Toys “R” Us Inc.. , the ultimate toyland for a generation of postwar baby boomers, filed for bankruptcy due to a crushing debt load by a buyout and constant competition from warehouse and online retailers.
The retailer, which has 1,600 stores in 38 states, said after an attempt sparked a press report about a bankruptcy, spooking critical vendors and credit insurers its hand was forced. However, revive its business in time for the holiday buying season and it plans to make the best of the situation.
“Chapter 11 was certainly not the organization’s preferred outcome,” Chief Executive David Brandon stated in a court filing. “The timing of all of this couldn’t have been worse. ” He cited the immediate need to build inventory for the holiday season, which accounts for 40 percent of annual earnings. Thanks to a new $3.1 billion operating loan, the business plans to stabilize operations and reopen supply channels while in bankruptcy, he said.
The filing is the latest blow to a brick-and-mortar retail sector, which has seen a series of bankruptcies from Payless Inc. and Gymboree Corp. to Perfumania Holdings Inc.. Chains are reeling from store closures, slow mall visitors and the gravitational pull of Amazon.com Inc.’s lower costs and worldwide home delivery. More than 10 percent of U.S. retail space, or almost 1 billion square feet, may want to close, convert to other uses or renegotiate rent, based on data from CoStar Group.
To compete with Amazon, Target and Wal-Mart, “Toys “R” Us would have had to slash prices to keep traffic into its stores, “decreasing its earnings and cash flows in an unrelenting race to the bottom,” Brandon stated in the filing.
The reorganization will focus on investment in marketing, technology, and an experience which will help it compete in the new environment, Brandon said. The bankruptcy filing in Richmond, Virginia, estimated the company has more than $5 billion in debt, which it pays approximately $400 million a year.
Much of that is the heritage of a $7.5 billion leveraged buyout in 2005 where Bain Capital, KKR & Co. and Vornado Realty Trust loaded the company with debt to take it private. Since then, the Wayne, New Jersey-based series has struggled to dig itself out.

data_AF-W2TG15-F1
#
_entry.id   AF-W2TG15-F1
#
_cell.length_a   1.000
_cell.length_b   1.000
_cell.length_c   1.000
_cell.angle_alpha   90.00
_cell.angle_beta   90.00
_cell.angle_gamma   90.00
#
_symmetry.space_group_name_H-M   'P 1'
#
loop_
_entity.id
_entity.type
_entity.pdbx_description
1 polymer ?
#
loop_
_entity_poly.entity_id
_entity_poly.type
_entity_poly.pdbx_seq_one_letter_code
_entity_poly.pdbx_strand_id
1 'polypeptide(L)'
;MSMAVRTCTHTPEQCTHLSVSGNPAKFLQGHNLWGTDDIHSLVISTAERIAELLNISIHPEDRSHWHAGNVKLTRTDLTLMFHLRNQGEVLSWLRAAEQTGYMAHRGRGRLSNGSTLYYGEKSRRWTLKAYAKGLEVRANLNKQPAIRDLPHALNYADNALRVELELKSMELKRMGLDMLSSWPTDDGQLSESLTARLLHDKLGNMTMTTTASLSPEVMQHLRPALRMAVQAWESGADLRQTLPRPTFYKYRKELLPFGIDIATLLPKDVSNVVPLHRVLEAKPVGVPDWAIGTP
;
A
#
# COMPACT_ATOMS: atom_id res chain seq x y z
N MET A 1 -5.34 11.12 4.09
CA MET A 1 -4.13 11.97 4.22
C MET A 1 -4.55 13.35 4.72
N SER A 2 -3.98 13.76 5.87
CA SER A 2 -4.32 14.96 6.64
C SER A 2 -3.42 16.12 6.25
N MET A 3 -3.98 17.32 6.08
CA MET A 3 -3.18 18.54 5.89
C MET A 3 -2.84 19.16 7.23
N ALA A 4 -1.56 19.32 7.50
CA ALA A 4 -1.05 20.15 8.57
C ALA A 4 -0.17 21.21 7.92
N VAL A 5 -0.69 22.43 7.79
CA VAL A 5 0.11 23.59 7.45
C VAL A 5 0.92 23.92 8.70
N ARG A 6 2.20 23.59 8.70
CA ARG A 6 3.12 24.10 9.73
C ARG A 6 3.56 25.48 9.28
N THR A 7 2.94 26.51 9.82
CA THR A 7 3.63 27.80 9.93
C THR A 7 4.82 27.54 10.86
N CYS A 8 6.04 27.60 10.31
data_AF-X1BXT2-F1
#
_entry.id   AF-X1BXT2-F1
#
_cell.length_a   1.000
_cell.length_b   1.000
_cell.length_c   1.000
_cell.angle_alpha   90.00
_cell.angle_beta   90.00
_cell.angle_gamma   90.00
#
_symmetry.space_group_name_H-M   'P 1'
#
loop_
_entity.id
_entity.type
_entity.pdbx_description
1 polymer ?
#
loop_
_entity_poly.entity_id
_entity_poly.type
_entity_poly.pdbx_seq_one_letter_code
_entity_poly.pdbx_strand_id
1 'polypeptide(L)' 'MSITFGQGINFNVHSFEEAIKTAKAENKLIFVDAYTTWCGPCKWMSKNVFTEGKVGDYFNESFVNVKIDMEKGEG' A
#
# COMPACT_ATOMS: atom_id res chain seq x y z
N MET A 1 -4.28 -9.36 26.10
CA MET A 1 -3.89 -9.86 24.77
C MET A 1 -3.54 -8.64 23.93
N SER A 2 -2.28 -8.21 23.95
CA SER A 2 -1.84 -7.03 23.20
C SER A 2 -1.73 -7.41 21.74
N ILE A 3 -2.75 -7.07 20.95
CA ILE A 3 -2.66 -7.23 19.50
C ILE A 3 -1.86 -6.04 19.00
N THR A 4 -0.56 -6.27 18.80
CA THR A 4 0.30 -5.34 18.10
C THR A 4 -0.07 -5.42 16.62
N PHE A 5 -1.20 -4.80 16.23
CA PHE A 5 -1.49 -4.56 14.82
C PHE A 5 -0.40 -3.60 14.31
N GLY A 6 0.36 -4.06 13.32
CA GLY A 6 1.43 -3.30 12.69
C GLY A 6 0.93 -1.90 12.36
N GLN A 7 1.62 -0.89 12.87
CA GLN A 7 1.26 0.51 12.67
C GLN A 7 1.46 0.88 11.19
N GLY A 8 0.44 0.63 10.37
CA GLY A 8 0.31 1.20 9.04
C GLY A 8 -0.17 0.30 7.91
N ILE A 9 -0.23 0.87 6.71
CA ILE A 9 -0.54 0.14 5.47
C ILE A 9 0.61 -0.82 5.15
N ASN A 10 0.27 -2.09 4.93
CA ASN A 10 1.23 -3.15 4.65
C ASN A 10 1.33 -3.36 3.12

The $3 billion loan, from a JPMorgan Chase & Co.-led syndicate that includes some present lenders, will finance operations while it restructures the obligations, as reported by a company announcement. The funding is subject to court approval.
Operations will be continued by the company doesn & #x 2019; t plan and says its locations throughout the world. It’s 1,600 stores, including Babies “R” Us, are complemented by sales through websites such as Toysrus.com and Babiesrus.com.
Operations out of the U.S. and Canada, for example about 255 licensed stores, aren’t part of the Chapter 11 filing. A Canadian unit plans to seek protection. In Australia, Toys “R” Us plans to add another five stores to its existing 39 by Christmas, said Jessica Donovan, a local advertising and marketing manager.
“Like any retailer, decisions about any future store closings – and openings – will continue to be made based on what makes the best sense for the business,” Michael Freitag, a spokesman for Toys “R” Us, stated in an email.
Mattel Inc.. , an integral supplier, said it stands by the business. “As one of our most important retail partners, we are committed to supporting Toys ‘R’ Us and its management staff as they work through this process, particularly as we approach the holiday season,” the toymaker said in an emailed statement.
While Brandon made some progress in cutting the closely held series’s obligations, he finally was unable to resuscitate its fortunes. He shot over Toys “R” Us in 2015 and sought to make shopping there a more enjoyable experience with product presentations and the “Hot Toy Finder” to help customers locate items. This past year, he set out a vision of kids “dragging their parents to our stores because they want to see what’s going on. ”
Beginning in late August, the business tried to handle its debt load through talks with term loan lenders. A Sept. 6 report that a bankruptcy was being contemplated “started a dangerous game of dominoes” where the company lost the confidence of almost 40 percent of its domestic and international sellers, who refused to send products without cash in advance, cash on delivery, or payment of all outstanding obligations, according to Brandon’s court filing. This supposed Toys ’R’ Us needed another $1 billion in liquidity.
The organization’s roots date to 1948, when Charles Lazarus opened Children’s Bargain Town, a baby-furniture store, according to the Toys “R” Us website. He added toys and opened the Toys “R” Us in 1957.
The case is In re TRU-SVC, 17-34659, U.S. Bankruptcy Court, Eastern District of Virginia (Richmond).
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